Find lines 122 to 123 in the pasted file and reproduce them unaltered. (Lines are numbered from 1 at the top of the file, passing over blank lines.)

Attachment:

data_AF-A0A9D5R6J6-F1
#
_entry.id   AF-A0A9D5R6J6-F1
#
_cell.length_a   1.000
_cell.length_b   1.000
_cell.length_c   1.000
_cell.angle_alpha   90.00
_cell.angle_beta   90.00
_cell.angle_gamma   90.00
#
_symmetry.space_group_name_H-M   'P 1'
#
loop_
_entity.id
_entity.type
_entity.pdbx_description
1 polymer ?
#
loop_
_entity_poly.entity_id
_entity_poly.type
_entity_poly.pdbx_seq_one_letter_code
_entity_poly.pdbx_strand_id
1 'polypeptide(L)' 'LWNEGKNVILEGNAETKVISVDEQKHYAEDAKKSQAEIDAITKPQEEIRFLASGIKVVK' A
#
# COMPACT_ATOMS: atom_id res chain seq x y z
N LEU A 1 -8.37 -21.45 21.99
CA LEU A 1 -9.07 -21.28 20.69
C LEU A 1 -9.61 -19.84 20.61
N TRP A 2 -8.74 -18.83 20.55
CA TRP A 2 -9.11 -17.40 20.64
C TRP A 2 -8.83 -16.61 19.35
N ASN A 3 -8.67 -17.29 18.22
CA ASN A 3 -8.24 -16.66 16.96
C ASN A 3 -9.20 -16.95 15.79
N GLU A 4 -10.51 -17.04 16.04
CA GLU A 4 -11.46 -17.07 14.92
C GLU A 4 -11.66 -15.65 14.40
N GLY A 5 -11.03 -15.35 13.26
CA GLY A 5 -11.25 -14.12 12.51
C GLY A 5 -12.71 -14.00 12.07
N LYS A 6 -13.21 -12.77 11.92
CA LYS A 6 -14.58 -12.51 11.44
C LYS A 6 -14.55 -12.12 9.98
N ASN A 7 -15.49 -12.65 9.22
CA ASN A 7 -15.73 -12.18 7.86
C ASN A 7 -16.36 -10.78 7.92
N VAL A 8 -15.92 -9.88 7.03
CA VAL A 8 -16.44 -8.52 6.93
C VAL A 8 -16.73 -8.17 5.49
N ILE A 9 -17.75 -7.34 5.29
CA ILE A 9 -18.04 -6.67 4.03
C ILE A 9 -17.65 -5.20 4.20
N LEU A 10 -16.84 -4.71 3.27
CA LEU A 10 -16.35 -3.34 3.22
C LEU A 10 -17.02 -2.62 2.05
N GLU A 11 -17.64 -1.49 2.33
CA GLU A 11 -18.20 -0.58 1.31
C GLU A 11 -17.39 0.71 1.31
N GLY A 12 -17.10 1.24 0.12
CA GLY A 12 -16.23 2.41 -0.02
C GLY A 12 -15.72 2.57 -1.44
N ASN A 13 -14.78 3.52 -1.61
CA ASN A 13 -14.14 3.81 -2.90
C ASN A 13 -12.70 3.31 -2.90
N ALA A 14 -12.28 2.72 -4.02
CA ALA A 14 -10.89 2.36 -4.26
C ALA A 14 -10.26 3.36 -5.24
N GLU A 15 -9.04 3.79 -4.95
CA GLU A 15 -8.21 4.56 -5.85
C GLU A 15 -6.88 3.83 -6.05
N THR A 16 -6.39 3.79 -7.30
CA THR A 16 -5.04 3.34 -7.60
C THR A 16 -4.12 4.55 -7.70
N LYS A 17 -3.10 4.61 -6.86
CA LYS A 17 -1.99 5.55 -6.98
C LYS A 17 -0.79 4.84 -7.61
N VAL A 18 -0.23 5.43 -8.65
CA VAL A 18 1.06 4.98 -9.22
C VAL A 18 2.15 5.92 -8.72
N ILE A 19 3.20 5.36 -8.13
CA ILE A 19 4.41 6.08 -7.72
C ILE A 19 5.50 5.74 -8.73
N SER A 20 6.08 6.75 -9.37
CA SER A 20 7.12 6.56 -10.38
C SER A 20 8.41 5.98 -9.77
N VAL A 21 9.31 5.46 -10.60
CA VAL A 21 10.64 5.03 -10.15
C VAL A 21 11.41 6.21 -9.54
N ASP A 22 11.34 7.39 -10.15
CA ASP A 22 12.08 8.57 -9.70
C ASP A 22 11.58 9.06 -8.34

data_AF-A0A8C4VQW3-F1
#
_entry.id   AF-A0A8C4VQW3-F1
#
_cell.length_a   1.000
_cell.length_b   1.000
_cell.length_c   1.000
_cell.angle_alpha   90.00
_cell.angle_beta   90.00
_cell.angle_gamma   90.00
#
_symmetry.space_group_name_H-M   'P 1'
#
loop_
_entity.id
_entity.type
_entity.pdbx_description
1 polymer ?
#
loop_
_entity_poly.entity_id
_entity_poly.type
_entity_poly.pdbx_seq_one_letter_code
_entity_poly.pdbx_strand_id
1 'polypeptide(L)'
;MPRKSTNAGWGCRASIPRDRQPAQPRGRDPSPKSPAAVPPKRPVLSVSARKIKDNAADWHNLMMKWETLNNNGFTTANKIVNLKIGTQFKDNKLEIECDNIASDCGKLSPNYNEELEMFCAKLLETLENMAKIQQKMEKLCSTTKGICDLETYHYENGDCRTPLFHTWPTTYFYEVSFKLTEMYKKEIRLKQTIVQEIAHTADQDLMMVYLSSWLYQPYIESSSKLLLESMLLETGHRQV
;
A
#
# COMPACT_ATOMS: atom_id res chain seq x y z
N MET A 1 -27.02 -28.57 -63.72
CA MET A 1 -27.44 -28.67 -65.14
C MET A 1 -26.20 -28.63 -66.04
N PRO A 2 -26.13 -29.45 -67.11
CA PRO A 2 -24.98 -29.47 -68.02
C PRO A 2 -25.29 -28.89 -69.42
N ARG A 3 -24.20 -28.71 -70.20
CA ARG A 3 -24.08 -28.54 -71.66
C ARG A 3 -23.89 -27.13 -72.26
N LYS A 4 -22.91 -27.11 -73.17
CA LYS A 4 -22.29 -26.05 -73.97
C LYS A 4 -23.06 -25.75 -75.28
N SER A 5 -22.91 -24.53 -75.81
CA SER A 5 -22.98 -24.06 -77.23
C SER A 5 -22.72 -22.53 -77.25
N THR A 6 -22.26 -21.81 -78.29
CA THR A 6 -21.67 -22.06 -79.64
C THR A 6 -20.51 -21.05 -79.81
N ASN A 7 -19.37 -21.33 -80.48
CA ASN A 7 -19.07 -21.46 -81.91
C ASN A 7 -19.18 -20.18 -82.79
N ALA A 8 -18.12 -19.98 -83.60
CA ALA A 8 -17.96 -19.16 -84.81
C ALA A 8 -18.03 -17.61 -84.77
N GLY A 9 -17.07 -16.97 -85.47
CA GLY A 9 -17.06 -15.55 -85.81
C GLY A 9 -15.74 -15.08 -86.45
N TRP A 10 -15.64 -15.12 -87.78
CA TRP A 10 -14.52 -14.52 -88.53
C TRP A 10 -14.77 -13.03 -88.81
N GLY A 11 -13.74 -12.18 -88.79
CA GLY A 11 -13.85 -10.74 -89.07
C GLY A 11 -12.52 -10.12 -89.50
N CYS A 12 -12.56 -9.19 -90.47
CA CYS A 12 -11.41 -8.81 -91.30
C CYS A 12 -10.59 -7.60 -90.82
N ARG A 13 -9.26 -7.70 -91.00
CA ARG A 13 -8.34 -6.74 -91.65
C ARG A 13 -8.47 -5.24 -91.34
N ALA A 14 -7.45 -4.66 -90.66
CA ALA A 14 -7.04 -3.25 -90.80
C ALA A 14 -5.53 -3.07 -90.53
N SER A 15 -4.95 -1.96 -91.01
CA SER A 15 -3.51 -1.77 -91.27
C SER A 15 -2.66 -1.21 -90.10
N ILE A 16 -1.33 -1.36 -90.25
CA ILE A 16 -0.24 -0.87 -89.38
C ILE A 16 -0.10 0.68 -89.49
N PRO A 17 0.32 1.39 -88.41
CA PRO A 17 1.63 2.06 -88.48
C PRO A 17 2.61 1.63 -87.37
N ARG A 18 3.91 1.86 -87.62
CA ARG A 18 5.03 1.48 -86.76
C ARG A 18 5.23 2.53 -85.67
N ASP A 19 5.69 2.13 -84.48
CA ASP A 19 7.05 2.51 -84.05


#
# COMPACT_ATOMS: atom_id res chain seq x y z